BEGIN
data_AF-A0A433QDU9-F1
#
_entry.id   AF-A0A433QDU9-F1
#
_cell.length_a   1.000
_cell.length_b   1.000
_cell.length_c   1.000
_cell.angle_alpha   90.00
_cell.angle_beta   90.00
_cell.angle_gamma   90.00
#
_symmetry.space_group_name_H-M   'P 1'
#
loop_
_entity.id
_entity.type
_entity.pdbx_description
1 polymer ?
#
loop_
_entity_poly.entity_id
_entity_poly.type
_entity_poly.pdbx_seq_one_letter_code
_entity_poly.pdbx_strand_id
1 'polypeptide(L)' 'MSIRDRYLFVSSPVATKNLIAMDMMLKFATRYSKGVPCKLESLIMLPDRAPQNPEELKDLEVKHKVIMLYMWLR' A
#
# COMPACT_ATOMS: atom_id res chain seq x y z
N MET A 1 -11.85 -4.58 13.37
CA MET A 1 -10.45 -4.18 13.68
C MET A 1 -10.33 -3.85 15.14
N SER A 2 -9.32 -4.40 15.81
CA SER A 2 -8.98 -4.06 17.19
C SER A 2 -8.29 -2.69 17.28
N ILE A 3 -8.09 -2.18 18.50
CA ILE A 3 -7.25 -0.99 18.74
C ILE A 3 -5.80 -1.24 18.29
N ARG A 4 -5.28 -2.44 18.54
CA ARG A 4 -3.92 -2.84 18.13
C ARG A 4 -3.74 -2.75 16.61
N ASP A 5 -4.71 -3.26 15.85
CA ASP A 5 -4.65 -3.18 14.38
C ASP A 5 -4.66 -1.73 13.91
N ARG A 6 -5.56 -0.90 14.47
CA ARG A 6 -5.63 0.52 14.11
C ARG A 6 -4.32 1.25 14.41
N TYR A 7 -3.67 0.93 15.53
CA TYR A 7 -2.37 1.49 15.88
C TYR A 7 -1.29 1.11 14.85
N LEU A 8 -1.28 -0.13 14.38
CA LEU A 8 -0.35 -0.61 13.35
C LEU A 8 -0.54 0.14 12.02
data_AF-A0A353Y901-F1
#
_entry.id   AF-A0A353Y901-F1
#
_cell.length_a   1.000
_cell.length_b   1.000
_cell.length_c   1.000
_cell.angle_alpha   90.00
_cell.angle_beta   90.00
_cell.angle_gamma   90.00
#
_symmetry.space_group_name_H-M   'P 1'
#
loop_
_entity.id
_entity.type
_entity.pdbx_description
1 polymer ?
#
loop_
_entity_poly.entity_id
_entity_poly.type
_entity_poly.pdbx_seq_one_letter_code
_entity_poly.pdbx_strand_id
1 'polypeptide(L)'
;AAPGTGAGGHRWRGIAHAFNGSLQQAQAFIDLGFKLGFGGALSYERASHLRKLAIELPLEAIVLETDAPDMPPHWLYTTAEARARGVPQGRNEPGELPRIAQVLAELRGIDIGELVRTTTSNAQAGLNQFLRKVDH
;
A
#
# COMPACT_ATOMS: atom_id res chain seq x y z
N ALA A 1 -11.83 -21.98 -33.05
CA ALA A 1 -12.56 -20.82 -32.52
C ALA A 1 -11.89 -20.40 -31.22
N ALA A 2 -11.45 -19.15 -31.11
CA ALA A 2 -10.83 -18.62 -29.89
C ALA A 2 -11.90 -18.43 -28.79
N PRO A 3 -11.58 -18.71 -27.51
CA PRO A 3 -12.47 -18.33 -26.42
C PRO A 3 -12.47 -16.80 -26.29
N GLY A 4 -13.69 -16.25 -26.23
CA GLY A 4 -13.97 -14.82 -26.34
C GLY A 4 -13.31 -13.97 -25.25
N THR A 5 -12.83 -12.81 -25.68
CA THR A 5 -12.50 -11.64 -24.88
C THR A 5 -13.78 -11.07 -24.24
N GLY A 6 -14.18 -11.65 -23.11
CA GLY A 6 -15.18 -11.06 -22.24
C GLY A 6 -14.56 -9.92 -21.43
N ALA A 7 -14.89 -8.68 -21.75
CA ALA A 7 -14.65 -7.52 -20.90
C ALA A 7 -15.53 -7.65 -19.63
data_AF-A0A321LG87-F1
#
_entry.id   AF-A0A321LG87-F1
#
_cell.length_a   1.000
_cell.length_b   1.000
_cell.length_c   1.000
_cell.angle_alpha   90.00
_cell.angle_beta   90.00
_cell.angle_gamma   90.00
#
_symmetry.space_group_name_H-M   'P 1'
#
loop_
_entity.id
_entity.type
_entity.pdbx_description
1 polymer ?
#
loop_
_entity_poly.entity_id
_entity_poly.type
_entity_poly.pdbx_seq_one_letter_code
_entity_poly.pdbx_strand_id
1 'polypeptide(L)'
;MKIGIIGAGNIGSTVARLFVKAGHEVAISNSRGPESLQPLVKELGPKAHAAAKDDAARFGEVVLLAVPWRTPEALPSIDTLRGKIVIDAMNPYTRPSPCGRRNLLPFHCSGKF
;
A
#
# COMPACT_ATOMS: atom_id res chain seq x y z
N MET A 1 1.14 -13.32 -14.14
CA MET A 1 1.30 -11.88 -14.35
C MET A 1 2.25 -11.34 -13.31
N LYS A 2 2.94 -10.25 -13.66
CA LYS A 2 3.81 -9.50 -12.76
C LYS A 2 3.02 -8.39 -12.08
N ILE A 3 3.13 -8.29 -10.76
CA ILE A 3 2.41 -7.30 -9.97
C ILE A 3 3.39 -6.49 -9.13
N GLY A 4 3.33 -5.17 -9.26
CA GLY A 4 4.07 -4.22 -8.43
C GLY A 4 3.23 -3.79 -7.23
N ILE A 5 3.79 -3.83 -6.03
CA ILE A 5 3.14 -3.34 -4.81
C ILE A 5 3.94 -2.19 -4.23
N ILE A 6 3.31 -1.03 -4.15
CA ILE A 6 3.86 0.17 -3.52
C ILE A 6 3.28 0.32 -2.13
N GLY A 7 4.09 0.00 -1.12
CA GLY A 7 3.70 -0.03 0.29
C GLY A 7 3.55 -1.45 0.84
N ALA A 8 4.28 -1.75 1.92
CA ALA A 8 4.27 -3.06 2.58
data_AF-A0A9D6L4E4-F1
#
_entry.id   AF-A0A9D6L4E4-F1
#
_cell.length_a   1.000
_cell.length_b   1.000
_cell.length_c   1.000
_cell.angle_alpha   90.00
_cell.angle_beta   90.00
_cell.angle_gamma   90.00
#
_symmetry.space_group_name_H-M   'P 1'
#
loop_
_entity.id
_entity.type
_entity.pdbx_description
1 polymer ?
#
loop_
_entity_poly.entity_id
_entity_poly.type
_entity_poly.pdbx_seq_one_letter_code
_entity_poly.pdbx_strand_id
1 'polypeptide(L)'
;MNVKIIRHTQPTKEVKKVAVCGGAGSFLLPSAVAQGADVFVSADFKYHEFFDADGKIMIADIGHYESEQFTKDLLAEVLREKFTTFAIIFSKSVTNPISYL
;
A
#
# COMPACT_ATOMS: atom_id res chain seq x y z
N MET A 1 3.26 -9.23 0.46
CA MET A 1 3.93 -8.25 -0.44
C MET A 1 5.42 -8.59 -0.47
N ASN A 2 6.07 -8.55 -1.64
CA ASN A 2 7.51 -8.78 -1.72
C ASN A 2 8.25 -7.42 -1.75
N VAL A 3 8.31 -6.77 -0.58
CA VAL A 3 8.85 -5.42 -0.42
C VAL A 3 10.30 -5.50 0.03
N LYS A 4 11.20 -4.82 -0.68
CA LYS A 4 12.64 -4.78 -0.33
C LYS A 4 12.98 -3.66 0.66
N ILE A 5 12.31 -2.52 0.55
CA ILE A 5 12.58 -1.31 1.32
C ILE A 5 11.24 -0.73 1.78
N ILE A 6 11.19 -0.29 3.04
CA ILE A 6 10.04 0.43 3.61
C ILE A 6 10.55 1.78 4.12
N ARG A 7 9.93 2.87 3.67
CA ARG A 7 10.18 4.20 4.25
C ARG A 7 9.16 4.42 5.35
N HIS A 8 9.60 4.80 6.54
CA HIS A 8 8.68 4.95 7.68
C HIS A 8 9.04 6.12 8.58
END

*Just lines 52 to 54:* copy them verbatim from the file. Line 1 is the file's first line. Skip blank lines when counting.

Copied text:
data_AF-A0A353Y901-F1
#
_entry.id   AF-A0A353Y901-F1